We want there to be greater recognition and support for the vital roles that colleges play in that system, alongside others. We will fight for and argue for more investment in colleges to help more people. But I’d rather have that fight in alliance with universities and schools rather than in some false competition with them. We need Treasury and the rest of the government to recognise that the success of our country in part lies in the whole education and skills system we invest in – from cradle to grave. All the evidence shows that the investment in intermediate and higher technical skills has been lacking. Hinds now understands that and the Augar panel will have seen the same evidence, so I suspect (and hope) that they will come to the same conclusion.
I am hoping therefore that Augar will present us with a vision of a new tertiary system which pulls together all the options that are needed for people at different stages in their lives, at different levels, focused on progression to help people realise their ambitions, and for employers to have resourceful people with skills to improve productivity.
That tertiary system will need to show how people can navigate their way through different levels of achievement, different types of learning and how it will work over increasingly long lives. It will also have to propose a new balanced set of investments by the government, employers and individuals in a tough funding environment. This is not an easy task, but one which I am sure the Augar panel will front up to.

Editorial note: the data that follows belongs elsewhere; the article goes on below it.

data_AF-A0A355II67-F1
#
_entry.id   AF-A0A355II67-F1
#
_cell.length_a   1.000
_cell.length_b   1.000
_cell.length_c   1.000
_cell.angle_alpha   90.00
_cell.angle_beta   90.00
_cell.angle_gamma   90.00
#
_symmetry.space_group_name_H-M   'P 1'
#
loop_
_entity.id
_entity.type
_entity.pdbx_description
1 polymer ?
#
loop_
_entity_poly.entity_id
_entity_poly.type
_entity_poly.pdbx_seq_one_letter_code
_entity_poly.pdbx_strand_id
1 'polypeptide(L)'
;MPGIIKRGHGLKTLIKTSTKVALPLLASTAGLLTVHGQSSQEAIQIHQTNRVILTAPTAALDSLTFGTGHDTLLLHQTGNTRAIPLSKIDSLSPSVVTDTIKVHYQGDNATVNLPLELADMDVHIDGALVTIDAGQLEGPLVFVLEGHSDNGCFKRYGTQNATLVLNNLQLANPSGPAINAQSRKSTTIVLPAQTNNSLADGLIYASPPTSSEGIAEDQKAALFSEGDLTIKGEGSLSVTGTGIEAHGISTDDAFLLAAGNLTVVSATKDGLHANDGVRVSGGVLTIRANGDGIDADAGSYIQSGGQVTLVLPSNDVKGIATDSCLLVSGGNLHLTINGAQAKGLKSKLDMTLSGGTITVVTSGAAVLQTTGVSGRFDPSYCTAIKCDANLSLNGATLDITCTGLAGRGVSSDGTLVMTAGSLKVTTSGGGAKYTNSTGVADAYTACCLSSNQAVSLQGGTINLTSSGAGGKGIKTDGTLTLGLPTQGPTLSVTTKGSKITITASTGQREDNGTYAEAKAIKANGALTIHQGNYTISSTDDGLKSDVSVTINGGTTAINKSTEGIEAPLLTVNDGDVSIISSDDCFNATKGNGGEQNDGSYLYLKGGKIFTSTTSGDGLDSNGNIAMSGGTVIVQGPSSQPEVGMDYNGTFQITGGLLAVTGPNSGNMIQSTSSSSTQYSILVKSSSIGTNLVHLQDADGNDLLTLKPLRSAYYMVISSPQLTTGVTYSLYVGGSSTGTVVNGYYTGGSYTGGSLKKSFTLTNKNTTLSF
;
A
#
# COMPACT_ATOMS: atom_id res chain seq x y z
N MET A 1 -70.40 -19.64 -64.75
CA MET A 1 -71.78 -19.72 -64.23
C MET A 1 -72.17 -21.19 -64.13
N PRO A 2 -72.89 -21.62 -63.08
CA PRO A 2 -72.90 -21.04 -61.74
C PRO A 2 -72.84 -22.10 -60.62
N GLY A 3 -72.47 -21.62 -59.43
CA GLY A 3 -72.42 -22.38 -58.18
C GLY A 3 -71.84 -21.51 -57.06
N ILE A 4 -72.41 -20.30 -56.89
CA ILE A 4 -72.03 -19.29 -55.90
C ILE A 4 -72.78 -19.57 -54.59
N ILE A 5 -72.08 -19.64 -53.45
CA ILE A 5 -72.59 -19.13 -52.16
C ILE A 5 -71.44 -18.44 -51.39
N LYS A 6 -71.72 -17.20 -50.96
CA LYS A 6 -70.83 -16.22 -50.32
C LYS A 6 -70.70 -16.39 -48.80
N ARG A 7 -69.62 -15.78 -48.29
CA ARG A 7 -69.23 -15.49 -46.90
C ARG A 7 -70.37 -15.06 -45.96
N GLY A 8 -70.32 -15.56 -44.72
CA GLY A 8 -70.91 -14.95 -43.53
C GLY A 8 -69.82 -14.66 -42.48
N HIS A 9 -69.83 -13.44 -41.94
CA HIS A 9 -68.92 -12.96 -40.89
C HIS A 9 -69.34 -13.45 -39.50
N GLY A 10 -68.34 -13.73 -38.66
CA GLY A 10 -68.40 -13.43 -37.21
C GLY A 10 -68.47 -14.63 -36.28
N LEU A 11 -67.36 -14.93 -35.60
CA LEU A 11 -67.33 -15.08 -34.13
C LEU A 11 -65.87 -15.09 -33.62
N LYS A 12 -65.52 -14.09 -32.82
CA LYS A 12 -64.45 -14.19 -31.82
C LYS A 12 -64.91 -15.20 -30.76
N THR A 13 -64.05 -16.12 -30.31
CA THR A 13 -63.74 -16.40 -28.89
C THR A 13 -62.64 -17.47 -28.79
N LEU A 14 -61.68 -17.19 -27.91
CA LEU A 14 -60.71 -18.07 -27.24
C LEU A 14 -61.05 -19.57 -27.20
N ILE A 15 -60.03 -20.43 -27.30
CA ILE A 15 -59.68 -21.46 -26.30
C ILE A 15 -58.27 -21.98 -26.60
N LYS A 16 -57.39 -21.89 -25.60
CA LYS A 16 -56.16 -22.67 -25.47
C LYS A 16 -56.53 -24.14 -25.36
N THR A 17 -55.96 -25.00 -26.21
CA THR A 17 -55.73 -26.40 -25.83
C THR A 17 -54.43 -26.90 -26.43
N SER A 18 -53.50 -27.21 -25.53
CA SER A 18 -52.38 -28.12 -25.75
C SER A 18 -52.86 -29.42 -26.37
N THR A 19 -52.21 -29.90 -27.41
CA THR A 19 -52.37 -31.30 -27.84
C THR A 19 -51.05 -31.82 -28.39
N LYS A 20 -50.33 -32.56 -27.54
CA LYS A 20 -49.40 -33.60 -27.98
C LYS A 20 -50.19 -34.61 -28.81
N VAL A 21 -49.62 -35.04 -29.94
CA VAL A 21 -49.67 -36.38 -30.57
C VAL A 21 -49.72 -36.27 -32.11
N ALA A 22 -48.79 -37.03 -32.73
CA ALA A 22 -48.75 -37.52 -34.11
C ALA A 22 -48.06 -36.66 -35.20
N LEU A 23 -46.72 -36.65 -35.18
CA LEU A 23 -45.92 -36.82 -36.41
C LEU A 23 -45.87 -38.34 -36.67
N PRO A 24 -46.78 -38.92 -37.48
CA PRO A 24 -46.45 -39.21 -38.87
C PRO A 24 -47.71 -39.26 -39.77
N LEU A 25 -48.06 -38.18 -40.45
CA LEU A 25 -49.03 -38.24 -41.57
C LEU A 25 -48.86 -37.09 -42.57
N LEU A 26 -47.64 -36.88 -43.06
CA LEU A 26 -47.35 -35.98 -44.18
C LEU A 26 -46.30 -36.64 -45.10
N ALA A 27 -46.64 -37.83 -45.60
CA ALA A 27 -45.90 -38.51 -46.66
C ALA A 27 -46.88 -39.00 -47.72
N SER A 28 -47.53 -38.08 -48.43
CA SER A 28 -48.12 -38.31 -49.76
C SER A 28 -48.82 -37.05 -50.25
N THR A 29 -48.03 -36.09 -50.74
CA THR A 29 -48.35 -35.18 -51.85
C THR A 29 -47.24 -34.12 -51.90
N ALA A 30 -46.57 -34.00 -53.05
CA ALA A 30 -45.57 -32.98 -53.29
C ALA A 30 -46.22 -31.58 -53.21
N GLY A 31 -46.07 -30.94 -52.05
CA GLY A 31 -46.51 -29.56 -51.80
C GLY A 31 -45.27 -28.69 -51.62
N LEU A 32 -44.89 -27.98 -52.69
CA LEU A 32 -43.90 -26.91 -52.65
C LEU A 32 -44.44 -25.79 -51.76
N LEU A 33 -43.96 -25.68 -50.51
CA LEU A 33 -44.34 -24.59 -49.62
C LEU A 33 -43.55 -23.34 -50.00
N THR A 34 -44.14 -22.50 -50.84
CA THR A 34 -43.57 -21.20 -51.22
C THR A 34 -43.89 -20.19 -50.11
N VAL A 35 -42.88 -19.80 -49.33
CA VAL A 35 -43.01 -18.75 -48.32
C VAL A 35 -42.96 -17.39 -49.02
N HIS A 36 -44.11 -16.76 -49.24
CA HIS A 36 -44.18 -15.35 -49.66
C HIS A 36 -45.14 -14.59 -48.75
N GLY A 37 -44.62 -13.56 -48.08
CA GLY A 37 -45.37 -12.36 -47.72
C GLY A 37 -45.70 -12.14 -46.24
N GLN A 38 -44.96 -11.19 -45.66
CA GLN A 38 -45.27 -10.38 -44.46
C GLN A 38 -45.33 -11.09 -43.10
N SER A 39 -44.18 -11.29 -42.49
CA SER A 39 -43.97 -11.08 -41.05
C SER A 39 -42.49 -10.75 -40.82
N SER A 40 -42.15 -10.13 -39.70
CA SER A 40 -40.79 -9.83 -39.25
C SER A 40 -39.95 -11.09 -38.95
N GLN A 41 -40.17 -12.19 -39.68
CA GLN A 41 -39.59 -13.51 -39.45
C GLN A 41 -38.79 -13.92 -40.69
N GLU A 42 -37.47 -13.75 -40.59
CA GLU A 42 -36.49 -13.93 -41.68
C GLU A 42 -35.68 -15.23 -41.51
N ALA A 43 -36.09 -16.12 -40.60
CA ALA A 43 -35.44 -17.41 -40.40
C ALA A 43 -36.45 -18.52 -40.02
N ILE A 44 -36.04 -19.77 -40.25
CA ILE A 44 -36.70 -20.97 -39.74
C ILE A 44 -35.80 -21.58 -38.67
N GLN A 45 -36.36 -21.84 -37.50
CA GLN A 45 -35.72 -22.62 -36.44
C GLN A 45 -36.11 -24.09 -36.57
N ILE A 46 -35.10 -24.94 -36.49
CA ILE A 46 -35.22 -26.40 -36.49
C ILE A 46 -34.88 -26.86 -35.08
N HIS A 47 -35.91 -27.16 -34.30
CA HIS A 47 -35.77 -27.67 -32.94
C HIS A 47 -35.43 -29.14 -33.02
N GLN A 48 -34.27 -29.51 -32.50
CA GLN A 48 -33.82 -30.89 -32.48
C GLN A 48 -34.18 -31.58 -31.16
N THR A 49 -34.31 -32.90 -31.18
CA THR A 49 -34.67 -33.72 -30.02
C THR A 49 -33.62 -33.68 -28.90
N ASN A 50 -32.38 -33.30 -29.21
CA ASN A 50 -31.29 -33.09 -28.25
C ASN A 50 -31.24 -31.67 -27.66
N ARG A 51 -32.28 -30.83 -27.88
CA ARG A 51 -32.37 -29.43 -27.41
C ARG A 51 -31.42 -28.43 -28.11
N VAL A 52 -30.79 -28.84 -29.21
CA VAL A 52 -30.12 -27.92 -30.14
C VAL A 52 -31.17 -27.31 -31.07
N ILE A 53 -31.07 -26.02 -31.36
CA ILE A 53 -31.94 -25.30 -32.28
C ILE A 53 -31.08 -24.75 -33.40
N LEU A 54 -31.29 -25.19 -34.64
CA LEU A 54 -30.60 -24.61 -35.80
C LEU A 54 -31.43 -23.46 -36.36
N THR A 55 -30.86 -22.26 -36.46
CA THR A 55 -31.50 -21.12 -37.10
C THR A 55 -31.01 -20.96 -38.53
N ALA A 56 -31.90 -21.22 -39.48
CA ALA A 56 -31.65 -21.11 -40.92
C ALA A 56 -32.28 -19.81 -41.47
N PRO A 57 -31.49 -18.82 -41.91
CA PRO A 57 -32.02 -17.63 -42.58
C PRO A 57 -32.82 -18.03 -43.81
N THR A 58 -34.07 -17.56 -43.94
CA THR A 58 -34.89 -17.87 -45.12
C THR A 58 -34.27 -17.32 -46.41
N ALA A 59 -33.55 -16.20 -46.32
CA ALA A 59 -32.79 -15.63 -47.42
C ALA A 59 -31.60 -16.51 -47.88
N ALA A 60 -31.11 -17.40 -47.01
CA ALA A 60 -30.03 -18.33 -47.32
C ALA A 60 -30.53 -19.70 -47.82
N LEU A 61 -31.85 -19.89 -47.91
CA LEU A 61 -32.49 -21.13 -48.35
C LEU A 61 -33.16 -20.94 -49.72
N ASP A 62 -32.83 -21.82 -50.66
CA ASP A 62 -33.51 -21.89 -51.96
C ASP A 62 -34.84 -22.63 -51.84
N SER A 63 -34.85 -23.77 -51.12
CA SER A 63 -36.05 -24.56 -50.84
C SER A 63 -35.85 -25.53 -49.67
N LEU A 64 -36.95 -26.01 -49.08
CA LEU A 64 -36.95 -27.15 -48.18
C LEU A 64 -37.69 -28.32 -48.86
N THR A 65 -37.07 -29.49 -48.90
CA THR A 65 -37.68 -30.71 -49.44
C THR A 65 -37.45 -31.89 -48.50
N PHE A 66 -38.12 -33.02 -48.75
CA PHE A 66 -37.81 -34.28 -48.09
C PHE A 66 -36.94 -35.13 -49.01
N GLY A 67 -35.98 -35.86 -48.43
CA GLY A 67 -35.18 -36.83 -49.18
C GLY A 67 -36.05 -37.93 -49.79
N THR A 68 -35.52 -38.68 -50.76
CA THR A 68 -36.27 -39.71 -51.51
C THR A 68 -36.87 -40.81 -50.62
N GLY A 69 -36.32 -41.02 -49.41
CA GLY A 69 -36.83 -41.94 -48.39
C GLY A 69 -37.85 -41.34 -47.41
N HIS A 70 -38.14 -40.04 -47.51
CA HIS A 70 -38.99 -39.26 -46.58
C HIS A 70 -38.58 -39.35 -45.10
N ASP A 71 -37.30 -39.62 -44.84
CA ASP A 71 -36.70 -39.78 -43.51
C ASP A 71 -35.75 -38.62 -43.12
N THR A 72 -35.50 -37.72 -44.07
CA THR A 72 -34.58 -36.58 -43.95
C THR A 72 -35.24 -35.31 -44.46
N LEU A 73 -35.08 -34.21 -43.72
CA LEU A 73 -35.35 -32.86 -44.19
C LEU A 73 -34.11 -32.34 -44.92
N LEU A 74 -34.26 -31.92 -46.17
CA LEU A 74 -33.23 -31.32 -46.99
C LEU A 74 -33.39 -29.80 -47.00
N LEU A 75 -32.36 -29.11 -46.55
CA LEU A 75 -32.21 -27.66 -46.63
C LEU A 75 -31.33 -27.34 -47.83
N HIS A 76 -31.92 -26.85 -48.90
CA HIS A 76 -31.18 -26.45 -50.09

Most importantly, we need to work together across colleges and universities to make the case for investment in every adult to achieve higher levels of skills.
One response to “Calling a truce in the sector wars over Augar”
I couldn’t agree more. I was on the Sainsbury Review as the sole Vice-Chancllor and argued for collaboration and partnership between Emplyers, FE and HE to provide pathways to higher level skills and knowledge. I presented it as a climbing frame where there are multiple ways up with opportunities to pause and start again. I am the product of a learning journey that allowed me to study within FE, Vocational Professions, Polytechnic, Universities. I achieved academic, technical and professional qualifications often through part-time study funded by myself with help from my NHS employer. I then taught in FE, Polytechnics and Universities. I remain concerned but optomistic about the future providing the Government thinks hard and doesn’t destabilise sectors, remove choice for students through artificial social engineering and works through how to incentivise regional partnerships that delivers for a generation that feels we have failed them on multiple fronts.
Surely the answer for the country is to build powerful strategic partnerships, building on strengths and diversity. Choice that delivers true opportunity and social mobility. BUT this is only possible if adequate funding is available. I hope good sense prevails and this doesn’t turn into another mess demonstrating that the adults can’t be trusted with the lives of future generations. It is time for FE and HE to come together to find the solutions to some serious issues. Are we up for this?